Consider : if you woke up tomorrow and found yourself transported to a world that was a century removed from a civilization-destroying “extinction event,” one with no more television and radio broadcasting much less an internet, what do you think the most valuable commodity would be? Knowledge. Specifically. knowledge of the past. And where would you find such knowledge? Books. The printed page would be your only lifeline to what came before, and would be essential not only for learning  how we came to find ourselves where we are, but for understanding what culture itself really was, and what it meant — valuable information indeed in a world where only a vague approximation of it still exists, and has been developed entirely on the basis of necessity rather than choice.

Let’s take it a step further. With no more movies and TV, what would humans do for fun? Well, there’s always fucking, and in a makeshift “society” where the shit’s already hit the fan and day-to-day survival is far from a guaranteed prospect, would archaic notions of purely “homo” and “hetero” sexuality still exist (assuming they were ever relevant for anything beyond social control in the first place)? Would people still refrain from talking about sex in “polite” company? Hell — would there even be such a thing as “polite” company, given that the forefathers and foremothers of the small number of people still around would have to have been a pretty hard-assed bunch?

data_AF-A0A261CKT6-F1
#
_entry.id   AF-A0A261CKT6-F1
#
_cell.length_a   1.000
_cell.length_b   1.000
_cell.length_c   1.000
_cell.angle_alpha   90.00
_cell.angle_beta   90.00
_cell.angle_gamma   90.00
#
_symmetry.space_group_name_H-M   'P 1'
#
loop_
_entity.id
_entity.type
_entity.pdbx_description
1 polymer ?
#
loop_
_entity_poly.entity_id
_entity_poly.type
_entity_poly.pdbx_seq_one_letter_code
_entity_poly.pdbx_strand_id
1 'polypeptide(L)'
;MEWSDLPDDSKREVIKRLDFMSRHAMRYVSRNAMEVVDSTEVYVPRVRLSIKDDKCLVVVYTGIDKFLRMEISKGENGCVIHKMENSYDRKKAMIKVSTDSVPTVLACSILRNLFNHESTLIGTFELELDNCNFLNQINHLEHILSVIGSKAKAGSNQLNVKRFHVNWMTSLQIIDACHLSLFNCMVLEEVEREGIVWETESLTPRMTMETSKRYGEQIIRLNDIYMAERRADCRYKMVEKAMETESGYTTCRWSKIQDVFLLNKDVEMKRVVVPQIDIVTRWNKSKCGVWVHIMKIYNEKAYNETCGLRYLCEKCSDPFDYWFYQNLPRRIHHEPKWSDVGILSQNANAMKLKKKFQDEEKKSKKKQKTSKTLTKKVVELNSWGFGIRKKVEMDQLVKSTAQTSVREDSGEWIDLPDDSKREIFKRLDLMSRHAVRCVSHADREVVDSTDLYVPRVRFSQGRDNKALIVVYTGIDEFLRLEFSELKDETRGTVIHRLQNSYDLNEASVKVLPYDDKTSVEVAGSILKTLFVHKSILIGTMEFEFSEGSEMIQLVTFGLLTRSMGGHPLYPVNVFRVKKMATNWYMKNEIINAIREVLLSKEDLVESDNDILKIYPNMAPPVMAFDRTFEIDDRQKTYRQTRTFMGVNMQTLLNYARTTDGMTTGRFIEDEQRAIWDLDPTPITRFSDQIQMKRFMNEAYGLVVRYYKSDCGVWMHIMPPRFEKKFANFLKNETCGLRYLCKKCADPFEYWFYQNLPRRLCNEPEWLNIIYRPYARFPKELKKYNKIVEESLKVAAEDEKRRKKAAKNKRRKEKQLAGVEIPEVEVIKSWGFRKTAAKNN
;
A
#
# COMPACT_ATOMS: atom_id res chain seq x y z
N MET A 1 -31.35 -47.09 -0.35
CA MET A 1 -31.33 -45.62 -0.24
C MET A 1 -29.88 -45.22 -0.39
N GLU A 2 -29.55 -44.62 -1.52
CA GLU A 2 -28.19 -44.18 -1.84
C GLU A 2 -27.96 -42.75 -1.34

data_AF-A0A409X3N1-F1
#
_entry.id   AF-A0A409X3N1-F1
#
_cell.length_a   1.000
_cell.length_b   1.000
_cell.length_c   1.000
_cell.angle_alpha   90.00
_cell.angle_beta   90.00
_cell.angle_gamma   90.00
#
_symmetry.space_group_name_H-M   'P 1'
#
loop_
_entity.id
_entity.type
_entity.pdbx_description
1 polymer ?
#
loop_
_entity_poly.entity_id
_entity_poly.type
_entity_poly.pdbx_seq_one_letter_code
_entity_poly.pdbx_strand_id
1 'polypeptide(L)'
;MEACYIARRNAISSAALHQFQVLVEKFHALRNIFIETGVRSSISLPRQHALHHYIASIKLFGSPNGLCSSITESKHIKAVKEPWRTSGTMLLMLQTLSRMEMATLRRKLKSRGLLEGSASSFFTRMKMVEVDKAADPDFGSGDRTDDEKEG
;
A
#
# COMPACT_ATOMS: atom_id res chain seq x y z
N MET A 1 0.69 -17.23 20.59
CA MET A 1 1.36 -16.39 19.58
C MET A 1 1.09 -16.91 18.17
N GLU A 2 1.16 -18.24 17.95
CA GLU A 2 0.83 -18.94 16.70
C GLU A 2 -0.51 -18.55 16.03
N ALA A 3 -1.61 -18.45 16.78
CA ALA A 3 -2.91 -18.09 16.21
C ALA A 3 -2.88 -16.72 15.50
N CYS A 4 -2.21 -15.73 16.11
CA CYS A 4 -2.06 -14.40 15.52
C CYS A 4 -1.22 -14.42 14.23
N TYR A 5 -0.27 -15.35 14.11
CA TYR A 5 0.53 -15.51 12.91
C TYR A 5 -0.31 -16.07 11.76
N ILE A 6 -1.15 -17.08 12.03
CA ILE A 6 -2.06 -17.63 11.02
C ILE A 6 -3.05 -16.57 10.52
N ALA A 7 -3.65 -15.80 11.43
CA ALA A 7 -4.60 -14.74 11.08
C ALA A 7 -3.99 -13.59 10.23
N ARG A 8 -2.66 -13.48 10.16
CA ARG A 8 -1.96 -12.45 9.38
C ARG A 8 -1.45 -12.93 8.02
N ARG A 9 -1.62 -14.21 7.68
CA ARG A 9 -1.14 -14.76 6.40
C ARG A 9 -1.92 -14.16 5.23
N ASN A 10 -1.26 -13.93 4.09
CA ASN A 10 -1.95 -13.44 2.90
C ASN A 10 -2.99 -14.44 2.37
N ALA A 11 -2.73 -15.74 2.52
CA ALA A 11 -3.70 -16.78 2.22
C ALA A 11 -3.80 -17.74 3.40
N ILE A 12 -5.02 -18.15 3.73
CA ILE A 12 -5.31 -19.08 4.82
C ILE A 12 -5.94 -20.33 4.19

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Moore has fully developed all of these various hypotheticals in his mind, and that’s a key difference between Crossed + One Hundred and every other zombie comic (or, for that matter, zombie movie or zombie TV show) out there. But notice I said “a” key difference, and not “the” key difference —that’s because, there’s one other, and it’s the most brazen, “balls-y” thing you’ve come across in some time. Sit tight, and I’ll explain.